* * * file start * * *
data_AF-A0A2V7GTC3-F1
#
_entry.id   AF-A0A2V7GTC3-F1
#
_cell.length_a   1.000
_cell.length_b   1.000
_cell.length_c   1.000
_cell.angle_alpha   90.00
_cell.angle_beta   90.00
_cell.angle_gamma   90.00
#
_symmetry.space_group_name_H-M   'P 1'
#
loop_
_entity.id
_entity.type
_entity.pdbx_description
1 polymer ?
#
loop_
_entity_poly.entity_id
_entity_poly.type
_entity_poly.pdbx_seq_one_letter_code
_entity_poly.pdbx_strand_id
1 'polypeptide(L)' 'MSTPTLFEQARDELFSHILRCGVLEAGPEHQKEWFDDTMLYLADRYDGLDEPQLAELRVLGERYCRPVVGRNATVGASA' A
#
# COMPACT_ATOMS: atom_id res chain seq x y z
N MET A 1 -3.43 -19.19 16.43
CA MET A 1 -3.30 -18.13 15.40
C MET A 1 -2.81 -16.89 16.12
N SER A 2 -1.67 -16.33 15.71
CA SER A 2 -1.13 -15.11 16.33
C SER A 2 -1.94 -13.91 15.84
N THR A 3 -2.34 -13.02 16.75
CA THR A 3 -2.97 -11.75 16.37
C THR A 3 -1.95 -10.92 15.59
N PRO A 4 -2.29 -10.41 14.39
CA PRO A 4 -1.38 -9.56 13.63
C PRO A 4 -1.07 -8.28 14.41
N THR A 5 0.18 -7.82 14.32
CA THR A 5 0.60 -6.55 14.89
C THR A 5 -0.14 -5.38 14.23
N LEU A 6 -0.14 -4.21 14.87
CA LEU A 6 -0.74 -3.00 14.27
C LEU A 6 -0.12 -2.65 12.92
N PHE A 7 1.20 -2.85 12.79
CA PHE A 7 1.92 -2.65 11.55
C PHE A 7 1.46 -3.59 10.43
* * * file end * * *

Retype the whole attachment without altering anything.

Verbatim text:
data_AF-A0A2V7GTC3-F1
#
_entry.id   AF-A0A2V7GTC3-F1
#
_cell.length_a   1.000
_cell.length_b   1.000
_cell.length_c   1.000
_cell.angle_alpha   90.00
_cell.angle_beta   90.00
_cell.angle_gamma   90.00
#
_symmetry.space_group_name_H-M   'P 1'
#
loop_
_entity.id
_entity.type
_entity.pdbx_description
1 polymer ?
#
loop_
_entity_poly.entity_id
_entity_poly.type
_entity_poly.pdbx_seq_one_letter_code
_entity_poly.pdbx_strand_id
1 'polypeptide(L)' 'MSTPTLFEQARDELFSHILRCGVLEAGPEHQKEWFDDTMLYLADRYDGLDEPQLAELRVLGERYCRPVVGRNATVGASA' A
#
# COMPACT_ATOMS: atom_id res chain seq x y z
N MET A 1 -3.43 -19.19 16.43
CA MET A 1 -3.30 -18.13 15.40
C MET A 1 -2.81 -16.89 16.12
N SER A 2 -1.67 -16.33 15.71
CA SER A 2 -1.13 -15.11 16.33
C SER A 2 -1.94 -13.91 15.84
N THR A 3 -2.34 -13.02 16.75
CA THR A 3 -2.97 -11.75 16.37
C THR A 3 -1.95 -10.92 15.59
N PRO A 4 -2.29 -10.41 14.39
CA PRO A 4 -1.38 -9.56 13.63
C PRO A 4 -1.07 -8.28 14.41
N THR A 5 0.18 -7.82 14.32
CA THR A 5 0.60 -6.55 14.89
C THR A 5 -0.14 -5.38 14.23
N LEU A 6 -0.14 -4.21 14.87
CA LEU A 6 -0.74 -3.00 14.27
C LEU A 6 -0.12 -2.65 12.92
N PHE A 7 1.20 -2.85 12.79
CA PHE A 7 1.92 -2.65 11.55
C PHE A 7 1.46 -3.59 10.43